Turkey tacos and mixed fresh fruit was the food du jour for the First Lady and students at Parklawn Elementary School Wednesday, created by celebrity chef Rachael Ray.
Michelle Obama was at the Fairfax County School to announce that big changes are on the way for school lunches.
"When we send our kids to school, we have a right to expect that they won't be eating the kind of fatty, salty, sugary foods that we're trying to keep them from at home," Obama said.
It's the first time in 15 years that changes have been made to school lunch nutritional guidelines. It means federally subsidized meals will now include more whole grains, fruits and vegetables, better portion sizes and less sodium.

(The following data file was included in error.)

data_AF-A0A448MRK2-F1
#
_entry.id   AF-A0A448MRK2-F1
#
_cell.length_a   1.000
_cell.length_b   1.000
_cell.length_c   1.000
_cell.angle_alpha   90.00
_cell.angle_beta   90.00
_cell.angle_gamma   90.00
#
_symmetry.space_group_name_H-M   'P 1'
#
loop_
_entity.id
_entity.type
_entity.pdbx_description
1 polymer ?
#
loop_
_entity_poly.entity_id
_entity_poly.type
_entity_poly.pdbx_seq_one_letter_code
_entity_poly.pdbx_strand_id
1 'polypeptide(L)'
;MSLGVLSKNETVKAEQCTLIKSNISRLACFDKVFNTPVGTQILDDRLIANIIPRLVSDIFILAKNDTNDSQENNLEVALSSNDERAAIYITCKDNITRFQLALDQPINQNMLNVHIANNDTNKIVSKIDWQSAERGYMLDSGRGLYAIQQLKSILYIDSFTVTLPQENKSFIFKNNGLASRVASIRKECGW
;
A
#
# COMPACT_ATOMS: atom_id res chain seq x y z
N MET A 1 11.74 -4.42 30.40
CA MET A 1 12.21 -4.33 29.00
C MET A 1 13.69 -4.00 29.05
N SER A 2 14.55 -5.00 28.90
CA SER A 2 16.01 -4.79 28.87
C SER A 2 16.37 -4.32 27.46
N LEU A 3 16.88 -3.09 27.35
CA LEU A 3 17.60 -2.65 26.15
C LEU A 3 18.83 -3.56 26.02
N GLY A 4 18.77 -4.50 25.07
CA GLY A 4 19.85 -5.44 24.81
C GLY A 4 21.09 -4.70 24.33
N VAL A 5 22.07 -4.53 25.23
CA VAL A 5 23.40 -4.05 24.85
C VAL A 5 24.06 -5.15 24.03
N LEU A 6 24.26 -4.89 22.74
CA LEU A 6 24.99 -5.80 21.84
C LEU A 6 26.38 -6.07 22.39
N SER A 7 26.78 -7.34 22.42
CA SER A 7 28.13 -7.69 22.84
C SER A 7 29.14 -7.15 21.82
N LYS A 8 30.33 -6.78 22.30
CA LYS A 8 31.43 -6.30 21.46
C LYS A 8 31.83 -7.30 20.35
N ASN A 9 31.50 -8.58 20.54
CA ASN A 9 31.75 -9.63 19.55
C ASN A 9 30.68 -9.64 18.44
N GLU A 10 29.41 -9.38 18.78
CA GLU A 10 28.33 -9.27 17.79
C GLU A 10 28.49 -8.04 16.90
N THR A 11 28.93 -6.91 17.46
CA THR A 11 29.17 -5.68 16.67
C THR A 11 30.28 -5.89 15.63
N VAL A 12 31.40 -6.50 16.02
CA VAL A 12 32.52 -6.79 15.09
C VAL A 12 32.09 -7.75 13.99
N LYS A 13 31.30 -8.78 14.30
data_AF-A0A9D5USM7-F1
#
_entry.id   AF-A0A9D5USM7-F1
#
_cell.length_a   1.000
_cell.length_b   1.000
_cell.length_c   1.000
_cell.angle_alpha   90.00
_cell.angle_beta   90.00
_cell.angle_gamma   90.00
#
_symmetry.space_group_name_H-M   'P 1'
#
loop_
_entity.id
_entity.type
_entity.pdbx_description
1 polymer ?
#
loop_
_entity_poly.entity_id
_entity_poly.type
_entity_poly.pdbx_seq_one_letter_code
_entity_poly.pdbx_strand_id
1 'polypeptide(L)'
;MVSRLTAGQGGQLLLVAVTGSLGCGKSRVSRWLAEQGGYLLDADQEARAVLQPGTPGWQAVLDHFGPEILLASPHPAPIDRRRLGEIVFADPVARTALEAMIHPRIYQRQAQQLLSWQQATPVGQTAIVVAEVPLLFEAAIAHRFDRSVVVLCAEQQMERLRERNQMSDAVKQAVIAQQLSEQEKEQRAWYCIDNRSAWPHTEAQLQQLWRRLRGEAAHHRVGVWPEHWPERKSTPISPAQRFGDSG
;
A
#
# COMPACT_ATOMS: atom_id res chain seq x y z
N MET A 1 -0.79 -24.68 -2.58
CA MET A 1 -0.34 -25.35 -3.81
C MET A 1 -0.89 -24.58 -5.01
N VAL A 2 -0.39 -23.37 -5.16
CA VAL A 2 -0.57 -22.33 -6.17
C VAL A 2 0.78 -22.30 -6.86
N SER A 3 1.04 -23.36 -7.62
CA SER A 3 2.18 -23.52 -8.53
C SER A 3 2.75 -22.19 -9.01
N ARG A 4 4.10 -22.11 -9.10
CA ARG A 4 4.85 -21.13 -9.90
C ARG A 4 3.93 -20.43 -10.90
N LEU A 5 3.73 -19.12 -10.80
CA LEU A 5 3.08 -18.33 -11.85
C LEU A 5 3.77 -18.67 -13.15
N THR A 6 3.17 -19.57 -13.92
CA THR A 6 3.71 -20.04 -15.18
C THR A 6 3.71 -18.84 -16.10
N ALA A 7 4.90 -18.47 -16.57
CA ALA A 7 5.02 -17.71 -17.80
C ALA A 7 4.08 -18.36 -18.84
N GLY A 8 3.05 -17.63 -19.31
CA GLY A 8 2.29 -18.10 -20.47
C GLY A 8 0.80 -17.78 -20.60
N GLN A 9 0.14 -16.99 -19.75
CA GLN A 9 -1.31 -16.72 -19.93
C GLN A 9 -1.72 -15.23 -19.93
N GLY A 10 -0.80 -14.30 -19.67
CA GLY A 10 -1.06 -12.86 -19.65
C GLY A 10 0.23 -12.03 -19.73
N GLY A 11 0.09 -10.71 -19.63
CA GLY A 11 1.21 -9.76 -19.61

"You want the food to be fun, you want it to be colorful and certainly you always want it to be balanced and nutritious," Ray said.
The students seemed to enjoy the meal, which also included lowfat or non-fat milk as a healthier choice.
ABC7 spoke to parents who felt that more nutritional meals probably meant improved performance in school by students and in the long run, better eating habits.
"We need to, as parents, step-up and do it as well," said parent Ellisa Simmons. "We need to follow suit and do our part as well in coordination with the schools."
The new rules won't be as aggressive as the Obama administration had hoped.
Congress last year blocked the Agriculture Department from making some of the changes the department had sought, including limiting french fries and pizzas.
A bill passed in November would require USDA to allow tomato paste on pizzas to be counted as a vegetable, as it is now.
Congress also blocked USDA from limiting servings of potatoes to two servings a week.